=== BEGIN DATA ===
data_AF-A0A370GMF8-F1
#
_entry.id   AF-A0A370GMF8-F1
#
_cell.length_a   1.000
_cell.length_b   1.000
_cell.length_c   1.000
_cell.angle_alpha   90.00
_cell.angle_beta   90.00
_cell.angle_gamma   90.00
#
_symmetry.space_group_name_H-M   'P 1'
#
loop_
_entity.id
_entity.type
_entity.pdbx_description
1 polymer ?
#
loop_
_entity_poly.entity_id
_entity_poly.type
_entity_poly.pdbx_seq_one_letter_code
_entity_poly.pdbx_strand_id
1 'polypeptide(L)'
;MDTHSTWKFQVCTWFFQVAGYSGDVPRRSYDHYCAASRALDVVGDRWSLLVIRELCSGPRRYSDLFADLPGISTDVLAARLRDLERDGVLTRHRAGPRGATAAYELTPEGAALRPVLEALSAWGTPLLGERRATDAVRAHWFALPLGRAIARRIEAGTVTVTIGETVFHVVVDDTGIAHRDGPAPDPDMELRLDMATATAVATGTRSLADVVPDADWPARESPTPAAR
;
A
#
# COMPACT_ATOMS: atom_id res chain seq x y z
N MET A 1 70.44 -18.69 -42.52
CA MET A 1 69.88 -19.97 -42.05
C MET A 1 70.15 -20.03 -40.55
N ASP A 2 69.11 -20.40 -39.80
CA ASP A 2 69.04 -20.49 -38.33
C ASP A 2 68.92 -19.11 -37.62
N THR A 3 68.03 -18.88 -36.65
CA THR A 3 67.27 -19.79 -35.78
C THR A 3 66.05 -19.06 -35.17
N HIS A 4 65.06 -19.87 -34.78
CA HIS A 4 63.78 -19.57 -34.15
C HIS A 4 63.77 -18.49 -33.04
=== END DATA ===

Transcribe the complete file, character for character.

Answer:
data_AF-A0A370GMF8-F1
#
_entry.id   AF-A0A370GMF8-F1
#
_cell.length_a   1.000
_cell.length_b   1.000
_cell.length_c   1.000
_cell.angle_alpha   90.00
_cell.angle_beta   90.00
_cell.angle_gamma   90.00
#
_symmetry.space_group_name_H-M   'P 1'
#
loop_
_entity.id
_entity.type
_entity.pdbx_description
1 polymer ?
#
loop_
_entity_poly.entity_id
_entity_poly.type
_entity_poly.pdbx_seq_one_letter_code
_entity_poly.pdbx_strand_id
1 'polypeptide(L)'
;MDTHSTWKFQVCTWFFQVAGYSGDVPRRSYDHYCAASRALDVVGDRWSLLVIRELCSGPRRYSDLFADLPGISTDVLAARLRDLERDGVLTRHRAGPRGATAAYELTPEGAALRPVLEALSAWGTPLLGERRATDAVRAHWFALPLGRAIARRIEAGTVTVTIGETVFHVVVDDTGIAHRDGPAPDPDMELRLDMATATAVATGTRSLADVVPDADWPARESPTPAAR
;
A
#
# COMPACT_ATOMS: atom_id res chain seq x y z
N MET A 1 70.44 -18.69 -42.52
CA MET A 1 69.88 -19.97 -42.05
C MET A 1 70.15 -20.03 -40.55
N ASP A 2 69.11 -20.40 -39.80
CA ASP A 2 69.04 -20.49 -38.33
C ASP A 2 68.92 -19.11 -37.62
N THR A 3 68.03 -18.88 -36.65
CA THR A 3 67.27 -19.79 -35.78
C THR A 3 66.05 -19.06 -35.17
N HIS A 4 65.06 -19.87 -34.78
CA HIS A 4 63.78 -19.57 -34.15
C HIS A 4 63.77 -18.49 -33.04